Thus Francis concurs with his predecessors about the need for this personal experience of Jesus, but he goes further and gives clear instructions about how to obtain it if we lack it.

Of the words from the three most recent popes, these from Francis convey the greatest sense of the need for immediate action — if we don’t feel this urgent desire to share (that is evangelise) we need to pray earnestly for the gift.

An important part of the message inthis exhortation from Francis is that the initiative must come from us; we need to ask, and all we have to do is ask (Francis says ask daily). What he is suggestingwith vigour is that we take to heart the words from Luke’s Gospel (11:9): “. . .ask and you shall receive, knock and the door will be opened . . .”.

Over to you.

Michael Pender, a parishioner at St Michael’s in Remuera, teaches Civil Engineering at the University of Auckland.

3 COMMENTS

  1. Catholic Church leaders have no one but themselves to blame for the mass exodus of the faithful.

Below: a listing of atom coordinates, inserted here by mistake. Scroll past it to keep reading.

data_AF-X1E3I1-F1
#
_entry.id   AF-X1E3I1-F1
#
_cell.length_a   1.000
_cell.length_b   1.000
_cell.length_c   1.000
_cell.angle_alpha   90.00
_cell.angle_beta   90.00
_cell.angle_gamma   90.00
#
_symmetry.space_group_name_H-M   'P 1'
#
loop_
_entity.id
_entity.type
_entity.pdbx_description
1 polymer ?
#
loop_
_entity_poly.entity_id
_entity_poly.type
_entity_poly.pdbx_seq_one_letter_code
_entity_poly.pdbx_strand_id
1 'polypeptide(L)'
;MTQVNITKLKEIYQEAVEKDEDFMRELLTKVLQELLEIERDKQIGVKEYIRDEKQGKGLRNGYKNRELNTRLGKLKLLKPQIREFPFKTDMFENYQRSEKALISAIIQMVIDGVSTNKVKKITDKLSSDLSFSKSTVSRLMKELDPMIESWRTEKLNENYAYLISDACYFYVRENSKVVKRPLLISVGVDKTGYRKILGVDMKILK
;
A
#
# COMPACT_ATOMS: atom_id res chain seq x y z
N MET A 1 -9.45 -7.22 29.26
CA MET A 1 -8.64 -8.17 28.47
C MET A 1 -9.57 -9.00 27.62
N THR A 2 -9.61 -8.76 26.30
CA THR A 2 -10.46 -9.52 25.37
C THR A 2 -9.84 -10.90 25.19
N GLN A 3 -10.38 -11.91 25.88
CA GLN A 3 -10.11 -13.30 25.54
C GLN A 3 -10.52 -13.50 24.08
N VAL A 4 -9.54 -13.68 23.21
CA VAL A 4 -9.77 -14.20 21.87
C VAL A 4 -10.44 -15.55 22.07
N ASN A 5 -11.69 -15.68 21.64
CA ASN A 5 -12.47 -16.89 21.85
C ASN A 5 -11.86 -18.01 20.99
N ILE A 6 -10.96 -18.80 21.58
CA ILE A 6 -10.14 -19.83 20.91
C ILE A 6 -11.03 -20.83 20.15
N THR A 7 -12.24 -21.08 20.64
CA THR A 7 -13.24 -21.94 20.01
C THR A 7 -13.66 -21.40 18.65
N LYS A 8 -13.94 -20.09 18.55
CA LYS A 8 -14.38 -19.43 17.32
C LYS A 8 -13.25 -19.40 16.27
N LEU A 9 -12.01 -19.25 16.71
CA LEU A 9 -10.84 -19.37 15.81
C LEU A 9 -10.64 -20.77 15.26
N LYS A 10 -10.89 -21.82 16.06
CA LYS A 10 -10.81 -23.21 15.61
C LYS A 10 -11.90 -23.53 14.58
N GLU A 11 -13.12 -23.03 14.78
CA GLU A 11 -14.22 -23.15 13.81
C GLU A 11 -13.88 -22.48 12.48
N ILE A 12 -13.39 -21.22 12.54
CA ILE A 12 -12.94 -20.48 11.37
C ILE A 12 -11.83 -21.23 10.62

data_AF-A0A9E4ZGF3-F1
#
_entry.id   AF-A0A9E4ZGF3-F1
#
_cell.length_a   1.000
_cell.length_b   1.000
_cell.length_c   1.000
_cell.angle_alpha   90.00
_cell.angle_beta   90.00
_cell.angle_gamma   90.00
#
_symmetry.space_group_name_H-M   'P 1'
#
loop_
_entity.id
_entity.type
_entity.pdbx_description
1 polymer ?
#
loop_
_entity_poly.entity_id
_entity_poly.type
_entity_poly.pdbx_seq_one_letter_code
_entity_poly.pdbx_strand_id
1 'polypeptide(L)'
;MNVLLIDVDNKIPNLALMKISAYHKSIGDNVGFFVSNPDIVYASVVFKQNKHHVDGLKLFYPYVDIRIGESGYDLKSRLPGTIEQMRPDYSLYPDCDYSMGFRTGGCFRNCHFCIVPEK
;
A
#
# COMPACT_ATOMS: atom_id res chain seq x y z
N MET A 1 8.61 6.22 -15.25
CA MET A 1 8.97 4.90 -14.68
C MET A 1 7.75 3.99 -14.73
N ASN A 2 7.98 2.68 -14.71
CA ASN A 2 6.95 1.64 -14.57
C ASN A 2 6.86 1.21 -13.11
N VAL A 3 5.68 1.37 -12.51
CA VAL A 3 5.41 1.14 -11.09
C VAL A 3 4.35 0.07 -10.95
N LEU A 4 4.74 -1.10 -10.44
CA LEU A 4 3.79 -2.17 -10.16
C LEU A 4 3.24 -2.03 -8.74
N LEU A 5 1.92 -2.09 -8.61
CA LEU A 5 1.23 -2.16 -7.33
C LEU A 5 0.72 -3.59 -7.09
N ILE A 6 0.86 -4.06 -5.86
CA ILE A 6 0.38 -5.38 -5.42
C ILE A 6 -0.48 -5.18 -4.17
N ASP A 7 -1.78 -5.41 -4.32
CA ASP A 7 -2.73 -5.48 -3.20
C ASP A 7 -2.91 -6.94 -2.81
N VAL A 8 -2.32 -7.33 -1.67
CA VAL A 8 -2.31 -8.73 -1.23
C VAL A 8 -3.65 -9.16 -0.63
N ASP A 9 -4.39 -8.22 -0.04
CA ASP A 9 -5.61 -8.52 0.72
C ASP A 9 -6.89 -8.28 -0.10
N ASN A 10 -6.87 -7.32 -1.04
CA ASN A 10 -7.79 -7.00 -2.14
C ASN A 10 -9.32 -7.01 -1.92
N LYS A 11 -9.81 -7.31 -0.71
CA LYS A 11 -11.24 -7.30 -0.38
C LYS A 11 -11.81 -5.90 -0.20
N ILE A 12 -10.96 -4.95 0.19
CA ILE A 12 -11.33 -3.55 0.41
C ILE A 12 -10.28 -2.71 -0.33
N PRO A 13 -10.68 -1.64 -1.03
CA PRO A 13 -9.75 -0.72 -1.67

The all male princes of the church have continually claimed to be superior than those that are not ordained. They claim to be the moral authorities of the free world and demand to be addressed as “Your Eminence” “Your Excellency” or “Your Grace” . They claim that they have the keys to the kingdom of heaven and that only their church can put their followers on the path to a personal relationship with Jesus Christ. ……………………………………. Then the sexual assault of children by priests and church leaders coverup became public news in 1985…………………………………………………

    When Church leaders came together and decided to respond to this horrific problem with lies, deceit and unholy treatment of victims and their families , that was the beginning of the downfall. When the media in Boston was like Toto in the Wizard of Oz and pulled the curtain open to expose that church leaders knowingly transferred dangerous pedophile clergy to new and unsuspecting parishes unnecessarily creating many more child victims. The lies and secrets stared to be exposed.